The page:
He could give the squad plenty of energy when he’s in there in that regard, but as a highly capable cutting finisher, too, and as KJG’s Robbie DiPaola detailed, Windler could end up fitting well in Cavs closing lineups.

From there, it’s uncertain as to whether or not Matthew Dellavedova would qualify here, nor Tristan Thompson, with both being expiring. But perhaps more so Delly could at times, with his playmaking ability and it seemingly to be realistically a higher possibility he’d be back, albeit we’d know what TT would bring.

Somewhat in that realm, while I could still absolutely foresee the Cavs going with a wing in the upcoming draft, USC big Onyeka Okongwu could be a target for them. He could be a quality two-way/energy contributor as a backup 5, and had 16.2 points, 8.6 rebounds, 2.7 blocks and 1.2 steals per contest in his lone collegiate season.

Alfonzo McKinnie, meanwhile, while he is on a non-guaranteed deal from next season onward, brings a defensive boost when he’s on the floor, too, and I’d imagine could get some solid burn in some matchups. His toughness and ability to aid the Cleveland Cavaliers by getting deflections/ steals and in turn, helping Sexton, KPJ and company get out and running provided the Cavs with a spark some in 2019-20, also.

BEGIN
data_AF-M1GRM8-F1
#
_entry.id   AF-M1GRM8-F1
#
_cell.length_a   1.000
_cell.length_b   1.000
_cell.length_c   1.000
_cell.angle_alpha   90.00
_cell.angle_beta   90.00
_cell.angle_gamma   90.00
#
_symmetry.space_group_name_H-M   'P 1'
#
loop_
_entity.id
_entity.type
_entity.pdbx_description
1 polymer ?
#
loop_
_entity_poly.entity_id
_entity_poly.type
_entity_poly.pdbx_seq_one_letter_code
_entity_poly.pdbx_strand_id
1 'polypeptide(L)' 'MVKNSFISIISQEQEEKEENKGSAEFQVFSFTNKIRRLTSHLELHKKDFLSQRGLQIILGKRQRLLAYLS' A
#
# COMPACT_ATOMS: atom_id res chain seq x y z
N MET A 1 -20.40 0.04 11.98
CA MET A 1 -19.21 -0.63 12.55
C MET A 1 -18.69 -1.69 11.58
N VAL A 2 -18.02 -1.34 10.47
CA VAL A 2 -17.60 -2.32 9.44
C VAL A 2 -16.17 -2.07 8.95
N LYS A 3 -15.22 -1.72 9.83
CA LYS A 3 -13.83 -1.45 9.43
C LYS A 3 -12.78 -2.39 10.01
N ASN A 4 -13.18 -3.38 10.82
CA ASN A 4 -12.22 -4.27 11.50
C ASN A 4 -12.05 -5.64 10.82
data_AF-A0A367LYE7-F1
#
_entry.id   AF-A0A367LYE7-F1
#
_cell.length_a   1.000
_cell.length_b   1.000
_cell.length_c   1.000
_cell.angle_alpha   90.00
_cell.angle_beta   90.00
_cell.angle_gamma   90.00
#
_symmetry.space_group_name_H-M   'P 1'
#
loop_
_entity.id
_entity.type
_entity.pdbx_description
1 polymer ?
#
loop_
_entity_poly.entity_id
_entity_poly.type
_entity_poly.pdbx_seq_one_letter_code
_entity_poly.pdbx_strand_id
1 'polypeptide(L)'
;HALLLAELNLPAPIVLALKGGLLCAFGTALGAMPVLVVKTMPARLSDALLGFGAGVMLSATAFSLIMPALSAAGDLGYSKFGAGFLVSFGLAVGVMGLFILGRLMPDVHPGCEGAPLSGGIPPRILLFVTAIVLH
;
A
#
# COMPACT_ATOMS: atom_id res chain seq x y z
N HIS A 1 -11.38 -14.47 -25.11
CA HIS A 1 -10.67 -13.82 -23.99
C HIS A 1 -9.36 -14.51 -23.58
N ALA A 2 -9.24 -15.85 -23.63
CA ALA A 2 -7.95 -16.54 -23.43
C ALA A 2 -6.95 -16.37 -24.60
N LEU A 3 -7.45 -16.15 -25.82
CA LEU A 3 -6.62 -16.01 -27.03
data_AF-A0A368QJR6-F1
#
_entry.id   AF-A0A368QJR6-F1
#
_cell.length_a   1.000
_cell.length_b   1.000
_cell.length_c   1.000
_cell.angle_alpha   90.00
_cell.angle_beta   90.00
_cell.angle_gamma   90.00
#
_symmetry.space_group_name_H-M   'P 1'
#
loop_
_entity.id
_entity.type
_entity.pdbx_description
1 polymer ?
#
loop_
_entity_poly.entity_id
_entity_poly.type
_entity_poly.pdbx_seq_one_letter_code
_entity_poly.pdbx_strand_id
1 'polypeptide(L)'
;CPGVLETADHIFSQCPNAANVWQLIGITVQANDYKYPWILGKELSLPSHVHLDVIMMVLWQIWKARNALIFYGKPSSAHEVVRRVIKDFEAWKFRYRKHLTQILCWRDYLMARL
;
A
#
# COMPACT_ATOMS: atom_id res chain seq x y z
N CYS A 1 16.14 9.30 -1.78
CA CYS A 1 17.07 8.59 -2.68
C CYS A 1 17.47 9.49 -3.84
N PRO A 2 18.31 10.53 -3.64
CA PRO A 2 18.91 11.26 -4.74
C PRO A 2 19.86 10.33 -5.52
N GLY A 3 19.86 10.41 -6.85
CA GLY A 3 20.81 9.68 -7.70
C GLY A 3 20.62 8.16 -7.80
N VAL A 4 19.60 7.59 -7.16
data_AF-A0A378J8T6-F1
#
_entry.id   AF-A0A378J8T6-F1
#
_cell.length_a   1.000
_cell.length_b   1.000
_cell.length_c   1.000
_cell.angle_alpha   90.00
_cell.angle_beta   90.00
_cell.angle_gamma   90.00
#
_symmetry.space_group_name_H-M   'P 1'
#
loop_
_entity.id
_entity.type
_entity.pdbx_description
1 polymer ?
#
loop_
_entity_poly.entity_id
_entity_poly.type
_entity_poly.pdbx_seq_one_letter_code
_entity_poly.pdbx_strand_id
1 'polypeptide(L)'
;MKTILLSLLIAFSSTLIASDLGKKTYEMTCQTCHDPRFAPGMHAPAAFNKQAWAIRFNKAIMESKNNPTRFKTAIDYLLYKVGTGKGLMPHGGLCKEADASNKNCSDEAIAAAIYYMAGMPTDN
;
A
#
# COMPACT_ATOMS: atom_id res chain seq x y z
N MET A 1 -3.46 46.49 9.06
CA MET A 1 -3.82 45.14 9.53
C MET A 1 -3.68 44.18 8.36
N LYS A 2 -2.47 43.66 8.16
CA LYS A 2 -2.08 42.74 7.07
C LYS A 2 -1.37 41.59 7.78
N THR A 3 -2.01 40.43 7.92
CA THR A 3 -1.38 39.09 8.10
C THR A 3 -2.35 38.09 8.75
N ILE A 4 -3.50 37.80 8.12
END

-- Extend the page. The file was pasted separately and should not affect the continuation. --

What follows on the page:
Overall, I’d expect the Cavaliers overall bench to place better than 24th next season in points per game, and Osman, from a catch-and-shoot perspective, could help there, with how he hit 38.3 percent from three-point range in 2019-20. We’ll again have to see what plays out with his role, though.

But along with the scoring element in a general sense, factoring in the promising passing feel Porter showed, and with Nance, plus with Windler being a very capable passer, the club could feasibly finish better than 15th in bench assists per contest, too.

Next: Onyeka Okongwu could complement Larry Nance Jr., Kevin Love very well

Moreover, the Cavs bench should provide the squad with plenty of energy next season, and contribute in a significant way much more often.